As Bush continues try to use September 11 as a political Kevlar vest (no doubt the timing of Gen. Petraeus’ “surge” report is mere coincidence), it’s refreshing to see others, from the area blogosphere to national columnists, are attacking the lock box Bush and the right would love to keep the tragedy in. I’ve long contended that rather than honor the victims of 9/11 by using those events to inspire this country to a greater and true leadership role in the world, the tragedy was compounded by the fact it was perverted and wasted.
A recent post at Progressive Historians on how future historians will view this period predicts they will ask questions much like mine: “Why did America abandon its promise at the very moment it had the economic and political power to really accomplish something great in the history of the world? Why did the Americans not … use the international goodwill 9/11 gave them to promote a world order of lasting mutual peace?”
A similar view appears in Susan Faludi’s introduction to her forthcoming book, The Terror Dream: Fear and Fantasy in Post-9/11 America. She writes that the hoped for sense of national unity and sacrifice disappeared because
no official moral leadership leadership emerged to challenge Americans to think constructively about our place in the world. There was no man in a wheelchair in the White House urging on us a reassessment of American strength and weakness. What we had was a chest beater in a borrowed flight suit, instructing us to max out our credit cards for the cause.
Faludi also posits that baby boomers seemed to retreat into a 1950s style of thinking, almost as if it were some sort of security blanket. To borrow from and perhaps stretch her point, “evildoers” replaced the godless Commies, any who might question the administration’s approach were cast as subversives and fellow travelers (“you are either with us or against us”), and Bush/Cheney/Rumsfeld saw themselves as John Wayne in a world they treated as if it were a 1950s western.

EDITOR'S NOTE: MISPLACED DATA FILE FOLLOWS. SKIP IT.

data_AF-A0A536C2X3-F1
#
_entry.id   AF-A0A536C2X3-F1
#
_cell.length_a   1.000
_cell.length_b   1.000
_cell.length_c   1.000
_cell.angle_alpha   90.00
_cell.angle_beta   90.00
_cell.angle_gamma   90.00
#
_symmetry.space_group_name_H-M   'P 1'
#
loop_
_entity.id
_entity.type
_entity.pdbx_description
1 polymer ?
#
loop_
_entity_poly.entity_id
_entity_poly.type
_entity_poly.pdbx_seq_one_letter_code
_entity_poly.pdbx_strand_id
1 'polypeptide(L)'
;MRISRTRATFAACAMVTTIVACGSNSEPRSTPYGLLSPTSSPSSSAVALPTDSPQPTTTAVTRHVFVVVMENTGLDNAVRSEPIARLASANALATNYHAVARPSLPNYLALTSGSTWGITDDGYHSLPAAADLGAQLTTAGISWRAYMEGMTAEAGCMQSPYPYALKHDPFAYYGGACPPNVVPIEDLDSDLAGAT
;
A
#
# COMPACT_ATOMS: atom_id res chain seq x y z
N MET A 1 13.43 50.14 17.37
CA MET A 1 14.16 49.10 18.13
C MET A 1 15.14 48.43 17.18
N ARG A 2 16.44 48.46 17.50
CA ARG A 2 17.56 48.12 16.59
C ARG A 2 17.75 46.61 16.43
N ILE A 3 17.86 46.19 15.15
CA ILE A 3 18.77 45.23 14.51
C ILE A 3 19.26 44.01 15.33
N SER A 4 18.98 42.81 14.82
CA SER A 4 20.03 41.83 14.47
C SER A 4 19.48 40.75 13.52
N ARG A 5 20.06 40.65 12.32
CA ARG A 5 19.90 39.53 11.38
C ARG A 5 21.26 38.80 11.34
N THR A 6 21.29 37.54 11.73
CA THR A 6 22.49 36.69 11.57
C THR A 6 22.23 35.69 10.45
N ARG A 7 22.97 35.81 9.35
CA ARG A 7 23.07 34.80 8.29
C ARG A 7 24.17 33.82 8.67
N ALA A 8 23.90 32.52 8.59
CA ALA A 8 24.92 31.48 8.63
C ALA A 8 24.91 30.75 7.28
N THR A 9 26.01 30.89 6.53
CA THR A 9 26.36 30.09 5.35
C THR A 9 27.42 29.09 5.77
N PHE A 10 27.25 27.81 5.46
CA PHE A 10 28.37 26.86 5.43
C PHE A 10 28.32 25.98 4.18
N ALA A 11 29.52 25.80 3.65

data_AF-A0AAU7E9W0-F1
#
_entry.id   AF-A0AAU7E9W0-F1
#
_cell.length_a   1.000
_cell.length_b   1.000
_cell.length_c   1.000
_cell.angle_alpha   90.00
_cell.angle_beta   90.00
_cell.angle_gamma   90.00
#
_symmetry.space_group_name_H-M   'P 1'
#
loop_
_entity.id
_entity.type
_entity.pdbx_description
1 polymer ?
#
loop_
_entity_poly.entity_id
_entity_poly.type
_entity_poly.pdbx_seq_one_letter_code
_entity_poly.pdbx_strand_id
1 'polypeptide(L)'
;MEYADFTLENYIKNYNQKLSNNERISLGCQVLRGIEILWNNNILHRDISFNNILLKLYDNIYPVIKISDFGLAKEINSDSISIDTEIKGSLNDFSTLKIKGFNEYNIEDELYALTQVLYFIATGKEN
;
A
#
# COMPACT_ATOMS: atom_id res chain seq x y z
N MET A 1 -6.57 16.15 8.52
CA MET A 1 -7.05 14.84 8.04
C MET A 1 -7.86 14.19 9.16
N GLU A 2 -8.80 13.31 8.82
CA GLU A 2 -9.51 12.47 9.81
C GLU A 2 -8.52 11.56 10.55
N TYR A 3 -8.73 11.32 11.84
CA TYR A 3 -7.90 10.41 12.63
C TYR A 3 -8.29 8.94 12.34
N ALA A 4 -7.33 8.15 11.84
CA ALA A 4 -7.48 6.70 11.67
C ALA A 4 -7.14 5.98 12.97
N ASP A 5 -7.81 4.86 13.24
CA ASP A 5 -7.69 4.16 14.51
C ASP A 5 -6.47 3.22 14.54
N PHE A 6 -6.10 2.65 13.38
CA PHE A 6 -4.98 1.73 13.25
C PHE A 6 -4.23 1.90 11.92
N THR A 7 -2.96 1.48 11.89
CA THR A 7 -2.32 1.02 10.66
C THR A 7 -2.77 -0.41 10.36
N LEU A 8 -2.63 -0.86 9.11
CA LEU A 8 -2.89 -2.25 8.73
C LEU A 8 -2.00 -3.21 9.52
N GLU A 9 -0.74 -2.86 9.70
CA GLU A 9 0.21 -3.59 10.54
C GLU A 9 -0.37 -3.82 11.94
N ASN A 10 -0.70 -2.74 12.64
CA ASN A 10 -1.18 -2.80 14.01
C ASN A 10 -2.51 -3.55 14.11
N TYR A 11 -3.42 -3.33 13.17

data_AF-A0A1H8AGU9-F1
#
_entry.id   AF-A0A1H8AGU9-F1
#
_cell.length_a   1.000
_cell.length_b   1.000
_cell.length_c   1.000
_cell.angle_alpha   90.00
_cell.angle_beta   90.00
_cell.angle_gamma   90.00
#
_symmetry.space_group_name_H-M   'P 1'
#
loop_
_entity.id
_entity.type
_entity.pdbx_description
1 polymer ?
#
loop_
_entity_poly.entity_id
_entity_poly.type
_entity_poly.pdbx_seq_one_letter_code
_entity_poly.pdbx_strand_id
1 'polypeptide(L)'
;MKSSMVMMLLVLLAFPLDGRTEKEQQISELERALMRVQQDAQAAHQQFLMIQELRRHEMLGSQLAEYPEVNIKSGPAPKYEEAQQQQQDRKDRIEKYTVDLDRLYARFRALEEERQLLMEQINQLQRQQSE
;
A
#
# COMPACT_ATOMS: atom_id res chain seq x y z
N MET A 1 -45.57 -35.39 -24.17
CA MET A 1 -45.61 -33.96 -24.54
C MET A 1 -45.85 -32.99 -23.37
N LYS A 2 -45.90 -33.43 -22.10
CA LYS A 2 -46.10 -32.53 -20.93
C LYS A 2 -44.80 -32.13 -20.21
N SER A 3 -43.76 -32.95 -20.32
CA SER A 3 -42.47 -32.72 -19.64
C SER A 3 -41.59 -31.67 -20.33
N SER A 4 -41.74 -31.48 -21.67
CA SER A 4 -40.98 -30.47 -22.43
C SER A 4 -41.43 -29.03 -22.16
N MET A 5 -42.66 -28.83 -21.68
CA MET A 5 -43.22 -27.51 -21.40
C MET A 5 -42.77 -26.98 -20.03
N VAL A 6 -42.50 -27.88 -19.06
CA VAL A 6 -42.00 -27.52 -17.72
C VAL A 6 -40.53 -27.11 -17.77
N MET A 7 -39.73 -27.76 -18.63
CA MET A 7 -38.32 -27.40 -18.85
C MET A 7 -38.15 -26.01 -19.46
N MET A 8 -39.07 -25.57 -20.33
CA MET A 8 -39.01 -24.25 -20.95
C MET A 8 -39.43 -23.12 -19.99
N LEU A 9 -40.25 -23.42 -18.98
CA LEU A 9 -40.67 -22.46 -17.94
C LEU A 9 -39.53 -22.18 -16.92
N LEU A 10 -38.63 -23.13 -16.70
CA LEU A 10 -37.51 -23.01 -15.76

Because the real world doesn’t play out like a movie script, particularly one based on fantasy, it looks like a happy ending is impossible. The man Bush wanted “dead or alive” is clearly the latter and probably has more adherents than ever. Thousands of lives have been wasted in a war that not only distracted from the neocons’ self-proclaimed “war on terror” but left us weaker and more vulnerable. That war is an irreparable quagmire that will long continue to putrefy not only our own capabilities and potential but America’s standing and influence in the world. We have forsaken and squandered a short-lived opportunity to assume a credible leadership role in the world and pursue realistic policies for the benefit of ourselves and the international community.
Thus, my reflections on “Patriot Day” both now and in the foreseeable future are far more sad than what is brought on by the loss of life in 2001. It is the sadness that those lives — and many many more — were wasted as 9/11 was turned into a political tool. Discarded just as quickly was the opportunity it gave America to bring about meaningful change in the world. That is undoubtedly the greatest misdeed of Bush and crew, an unpardonable sin that will stain this country and our hopes for a better future for decades to come.
Recovering from our wound and prevailing against our enemies required sagacity and hard realism; instead we dreamed ourselves into a penny-dreadful plot that had little to do with the actual world in which we lived.
Susan Faludi, The Terror Dream